“By getting clarity in this area, it will not only improve things from the consumers’ point of view, but it will also provide solid footing and clear guidance for egg producers about what they need to take into account and what characteristics are important in order to make claims about the nature of the eggs that they’re producing.
“Our aim is to provide clarity and certainty that gives confidence to consumers and a very solid footing for egg producers to know what they can do to make fair and reasonable claims to the marketplace.
“We’re keen to make sure that egg producers don’t run foul of the law and the best way to do that is bring about clarity and certainty on (when) such phrases as ‘free range’ can be used.”
Mr Billson said the NCIS are regulatory instruments that provide clarity about product characteristics to help influence consumers’ purchasing decisions. They’ve been used previously in relation to washing instructions for clothing or furnishings to provide information about proper care, he said.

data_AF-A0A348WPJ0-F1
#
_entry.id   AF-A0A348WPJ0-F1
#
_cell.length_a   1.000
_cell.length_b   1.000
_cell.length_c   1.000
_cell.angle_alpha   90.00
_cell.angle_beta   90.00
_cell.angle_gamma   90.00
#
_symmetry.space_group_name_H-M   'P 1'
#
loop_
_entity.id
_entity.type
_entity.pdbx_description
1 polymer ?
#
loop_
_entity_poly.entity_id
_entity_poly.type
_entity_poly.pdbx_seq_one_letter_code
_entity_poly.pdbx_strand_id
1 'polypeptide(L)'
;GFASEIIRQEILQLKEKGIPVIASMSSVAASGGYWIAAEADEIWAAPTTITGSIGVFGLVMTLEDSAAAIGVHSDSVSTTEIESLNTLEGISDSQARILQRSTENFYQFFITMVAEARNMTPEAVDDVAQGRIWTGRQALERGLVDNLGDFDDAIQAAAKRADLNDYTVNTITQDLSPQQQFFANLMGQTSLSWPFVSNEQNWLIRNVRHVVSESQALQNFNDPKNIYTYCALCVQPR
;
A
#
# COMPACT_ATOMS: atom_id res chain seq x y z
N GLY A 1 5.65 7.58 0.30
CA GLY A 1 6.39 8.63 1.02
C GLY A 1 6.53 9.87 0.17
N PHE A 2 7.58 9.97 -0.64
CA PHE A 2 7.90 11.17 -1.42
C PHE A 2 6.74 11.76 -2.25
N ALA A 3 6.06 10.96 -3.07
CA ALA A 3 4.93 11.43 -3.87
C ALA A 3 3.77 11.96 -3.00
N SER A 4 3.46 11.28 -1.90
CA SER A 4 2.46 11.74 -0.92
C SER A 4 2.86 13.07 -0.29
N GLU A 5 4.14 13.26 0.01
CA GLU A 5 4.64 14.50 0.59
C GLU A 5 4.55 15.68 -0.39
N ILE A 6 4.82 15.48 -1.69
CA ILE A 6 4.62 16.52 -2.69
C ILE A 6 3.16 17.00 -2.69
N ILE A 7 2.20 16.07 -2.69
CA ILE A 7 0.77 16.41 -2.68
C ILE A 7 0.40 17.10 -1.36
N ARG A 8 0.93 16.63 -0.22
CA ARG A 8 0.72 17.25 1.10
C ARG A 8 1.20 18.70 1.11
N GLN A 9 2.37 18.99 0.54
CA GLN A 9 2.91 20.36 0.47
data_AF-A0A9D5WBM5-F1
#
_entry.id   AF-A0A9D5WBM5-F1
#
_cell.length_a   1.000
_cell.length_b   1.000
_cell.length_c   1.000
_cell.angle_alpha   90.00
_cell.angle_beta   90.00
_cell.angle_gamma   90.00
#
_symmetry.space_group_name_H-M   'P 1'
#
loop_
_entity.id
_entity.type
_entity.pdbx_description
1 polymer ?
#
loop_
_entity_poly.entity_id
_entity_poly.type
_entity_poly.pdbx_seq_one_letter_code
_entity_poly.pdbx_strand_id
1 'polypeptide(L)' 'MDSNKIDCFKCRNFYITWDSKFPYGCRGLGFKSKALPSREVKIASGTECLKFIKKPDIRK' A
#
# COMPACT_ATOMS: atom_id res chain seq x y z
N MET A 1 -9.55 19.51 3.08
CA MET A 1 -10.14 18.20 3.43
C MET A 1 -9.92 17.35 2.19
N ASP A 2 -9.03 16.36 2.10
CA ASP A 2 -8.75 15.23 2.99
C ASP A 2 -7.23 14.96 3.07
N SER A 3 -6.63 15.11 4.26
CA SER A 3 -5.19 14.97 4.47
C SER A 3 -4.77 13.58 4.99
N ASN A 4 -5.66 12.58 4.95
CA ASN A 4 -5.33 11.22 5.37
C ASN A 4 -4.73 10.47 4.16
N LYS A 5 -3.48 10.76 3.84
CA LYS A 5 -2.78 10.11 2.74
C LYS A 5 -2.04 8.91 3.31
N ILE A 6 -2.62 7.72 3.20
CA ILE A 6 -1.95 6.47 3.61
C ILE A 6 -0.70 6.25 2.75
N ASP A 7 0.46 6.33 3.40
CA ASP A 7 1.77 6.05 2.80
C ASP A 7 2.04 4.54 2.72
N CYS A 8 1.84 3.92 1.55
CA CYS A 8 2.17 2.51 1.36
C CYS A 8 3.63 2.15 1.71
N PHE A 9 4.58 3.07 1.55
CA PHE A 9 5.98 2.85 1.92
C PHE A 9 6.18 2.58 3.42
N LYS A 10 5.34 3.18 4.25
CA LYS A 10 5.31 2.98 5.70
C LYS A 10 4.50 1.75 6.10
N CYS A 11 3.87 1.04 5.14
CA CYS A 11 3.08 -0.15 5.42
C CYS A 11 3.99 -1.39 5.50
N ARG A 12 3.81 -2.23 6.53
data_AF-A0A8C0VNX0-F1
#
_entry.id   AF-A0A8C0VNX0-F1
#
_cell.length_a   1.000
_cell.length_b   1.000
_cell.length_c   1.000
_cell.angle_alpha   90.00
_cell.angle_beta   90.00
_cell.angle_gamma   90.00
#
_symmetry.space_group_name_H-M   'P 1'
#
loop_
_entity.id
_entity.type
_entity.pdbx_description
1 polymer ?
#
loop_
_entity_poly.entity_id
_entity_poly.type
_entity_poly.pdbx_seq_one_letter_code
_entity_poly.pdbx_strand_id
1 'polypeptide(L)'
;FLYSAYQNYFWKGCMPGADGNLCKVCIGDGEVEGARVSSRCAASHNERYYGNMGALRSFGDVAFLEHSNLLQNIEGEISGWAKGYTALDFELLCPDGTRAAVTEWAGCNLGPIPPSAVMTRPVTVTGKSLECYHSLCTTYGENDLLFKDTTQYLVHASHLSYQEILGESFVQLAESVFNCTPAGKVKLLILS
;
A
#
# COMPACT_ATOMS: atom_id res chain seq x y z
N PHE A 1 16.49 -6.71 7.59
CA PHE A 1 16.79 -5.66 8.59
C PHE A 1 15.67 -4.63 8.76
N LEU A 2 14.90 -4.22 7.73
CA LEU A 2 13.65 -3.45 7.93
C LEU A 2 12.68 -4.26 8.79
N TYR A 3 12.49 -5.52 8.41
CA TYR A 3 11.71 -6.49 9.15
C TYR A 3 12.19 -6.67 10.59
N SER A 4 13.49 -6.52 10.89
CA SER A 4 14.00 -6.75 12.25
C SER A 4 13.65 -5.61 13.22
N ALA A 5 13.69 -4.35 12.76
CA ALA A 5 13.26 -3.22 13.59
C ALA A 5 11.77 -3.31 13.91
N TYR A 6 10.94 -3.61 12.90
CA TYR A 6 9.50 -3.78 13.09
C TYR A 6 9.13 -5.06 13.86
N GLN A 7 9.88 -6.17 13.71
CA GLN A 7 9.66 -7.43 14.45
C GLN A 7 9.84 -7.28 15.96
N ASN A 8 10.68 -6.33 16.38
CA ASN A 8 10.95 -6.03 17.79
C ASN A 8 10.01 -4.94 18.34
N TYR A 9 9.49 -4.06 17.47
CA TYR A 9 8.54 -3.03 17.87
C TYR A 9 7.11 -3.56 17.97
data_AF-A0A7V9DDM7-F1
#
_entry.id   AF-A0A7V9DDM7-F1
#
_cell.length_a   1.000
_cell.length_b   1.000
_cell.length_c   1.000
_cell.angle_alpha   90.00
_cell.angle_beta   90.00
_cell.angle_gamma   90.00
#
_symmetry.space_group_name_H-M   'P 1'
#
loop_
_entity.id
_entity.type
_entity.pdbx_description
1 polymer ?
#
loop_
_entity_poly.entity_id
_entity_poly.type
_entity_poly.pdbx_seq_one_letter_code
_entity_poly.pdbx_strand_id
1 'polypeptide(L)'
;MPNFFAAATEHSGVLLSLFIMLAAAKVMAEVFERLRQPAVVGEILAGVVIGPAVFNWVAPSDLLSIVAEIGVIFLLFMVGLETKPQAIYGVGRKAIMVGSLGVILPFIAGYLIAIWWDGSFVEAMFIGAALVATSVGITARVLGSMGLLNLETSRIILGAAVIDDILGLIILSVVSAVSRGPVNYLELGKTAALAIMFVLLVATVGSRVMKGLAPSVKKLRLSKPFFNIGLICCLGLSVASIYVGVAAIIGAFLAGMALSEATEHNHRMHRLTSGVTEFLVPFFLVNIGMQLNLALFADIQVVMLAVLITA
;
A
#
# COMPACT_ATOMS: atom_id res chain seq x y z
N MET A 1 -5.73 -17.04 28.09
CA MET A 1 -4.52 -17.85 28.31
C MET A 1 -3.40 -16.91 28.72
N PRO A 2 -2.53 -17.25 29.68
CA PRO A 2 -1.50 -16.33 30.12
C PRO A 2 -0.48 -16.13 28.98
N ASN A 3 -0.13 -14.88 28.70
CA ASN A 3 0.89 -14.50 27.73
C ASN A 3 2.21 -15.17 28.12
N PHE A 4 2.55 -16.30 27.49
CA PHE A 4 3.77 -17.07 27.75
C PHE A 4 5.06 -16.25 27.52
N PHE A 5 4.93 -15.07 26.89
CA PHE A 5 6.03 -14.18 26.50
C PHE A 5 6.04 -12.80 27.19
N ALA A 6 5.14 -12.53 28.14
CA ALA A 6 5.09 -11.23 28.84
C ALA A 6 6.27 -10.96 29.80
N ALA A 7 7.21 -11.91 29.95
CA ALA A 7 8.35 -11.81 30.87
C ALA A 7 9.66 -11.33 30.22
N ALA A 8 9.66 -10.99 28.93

An options paper was also presented at the meeting for the consumer affairs ministers to consider.
Mr Billson said the other choices included: taking no further action and letting court proceedings take their course; an industry-wide voluntary national certification trademark scheme (mindful that several schemes already offer trademarks, certifications and other guidance); and whether a broader and more effective industry code of conduct was the way forward.
The fifth option was whether the Model Code of Practice for the Welfare of Animals (Domestic Poultry) - being developed by agriculture ministers - adequately considered consumer issues, he said.
Mr Billson said consumer affairs ministers across the States, Territories and Commonwealth thought the NCIS was the most suitable mechanism for providing clarity and to build confidence for consumers and also for egg producers.